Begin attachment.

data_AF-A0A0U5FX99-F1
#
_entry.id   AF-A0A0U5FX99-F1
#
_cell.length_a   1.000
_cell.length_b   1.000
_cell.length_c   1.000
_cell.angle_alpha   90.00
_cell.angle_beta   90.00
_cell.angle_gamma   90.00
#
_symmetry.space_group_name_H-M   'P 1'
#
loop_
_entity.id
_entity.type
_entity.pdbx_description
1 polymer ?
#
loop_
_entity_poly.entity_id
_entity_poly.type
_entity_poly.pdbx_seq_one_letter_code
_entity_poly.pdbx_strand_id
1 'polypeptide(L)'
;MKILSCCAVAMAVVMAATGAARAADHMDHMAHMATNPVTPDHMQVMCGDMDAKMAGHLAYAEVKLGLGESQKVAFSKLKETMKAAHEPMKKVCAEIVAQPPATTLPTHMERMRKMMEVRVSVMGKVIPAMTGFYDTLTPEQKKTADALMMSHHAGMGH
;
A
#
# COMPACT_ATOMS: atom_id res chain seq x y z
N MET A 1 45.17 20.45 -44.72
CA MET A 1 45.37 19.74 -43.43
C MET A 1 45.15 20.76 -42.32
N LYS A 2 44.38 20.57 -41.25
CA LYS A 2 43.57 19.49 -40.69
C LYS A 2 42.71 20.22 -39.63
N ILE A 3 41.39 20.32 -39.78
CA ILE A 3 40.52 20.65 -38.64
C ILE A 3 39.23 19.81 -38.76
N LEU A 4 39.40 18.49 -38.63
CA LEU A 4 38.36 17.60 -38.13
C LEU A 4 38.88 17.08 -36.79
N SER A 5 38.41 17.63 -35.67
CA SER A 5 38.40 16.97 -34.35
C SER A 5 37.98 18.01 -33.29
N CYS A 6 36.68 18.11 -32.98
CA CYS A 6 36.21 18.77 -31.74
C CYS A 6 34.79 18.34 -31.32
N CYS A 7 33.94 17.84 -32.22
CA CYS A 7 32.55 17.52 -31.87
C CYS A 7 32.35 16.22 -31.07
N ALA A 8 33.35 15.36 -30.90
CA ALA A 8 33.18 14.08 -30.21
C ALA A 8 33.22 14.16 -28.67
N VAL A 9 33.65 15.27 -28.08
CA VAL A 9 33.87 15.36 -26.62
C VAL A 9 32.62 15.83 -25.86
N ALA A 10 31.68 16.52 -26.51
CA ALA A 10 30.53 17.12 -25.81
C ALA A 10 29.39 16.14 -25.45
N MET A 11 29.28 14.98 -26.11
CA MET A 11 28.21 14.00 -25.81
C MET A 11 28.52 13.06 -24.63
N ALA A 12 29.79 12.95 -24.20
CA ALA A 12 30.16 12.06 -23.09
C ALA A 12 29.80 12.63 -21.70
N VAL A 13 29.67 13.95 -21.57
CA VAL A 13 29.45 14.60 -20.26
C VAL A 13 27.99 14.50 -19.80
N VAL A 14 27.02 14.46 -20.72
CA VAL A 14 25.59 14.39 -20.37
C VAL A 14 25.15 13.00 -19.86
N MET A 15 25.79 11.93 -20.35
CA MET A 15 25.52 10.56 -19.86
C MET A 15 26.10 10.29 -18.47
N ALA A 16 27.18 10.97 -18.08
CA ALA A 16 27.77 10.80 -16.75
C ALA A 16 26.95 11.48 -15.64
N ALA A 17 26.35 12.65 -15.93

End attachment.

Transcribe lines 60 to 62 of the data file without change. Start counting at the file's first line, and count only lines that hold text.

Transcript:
C ALA A 10 29.39 16.14 -25.45
N MET A 11 29.28 14.98 -26.11
CA MET A 11 28.21 14.00 -25.81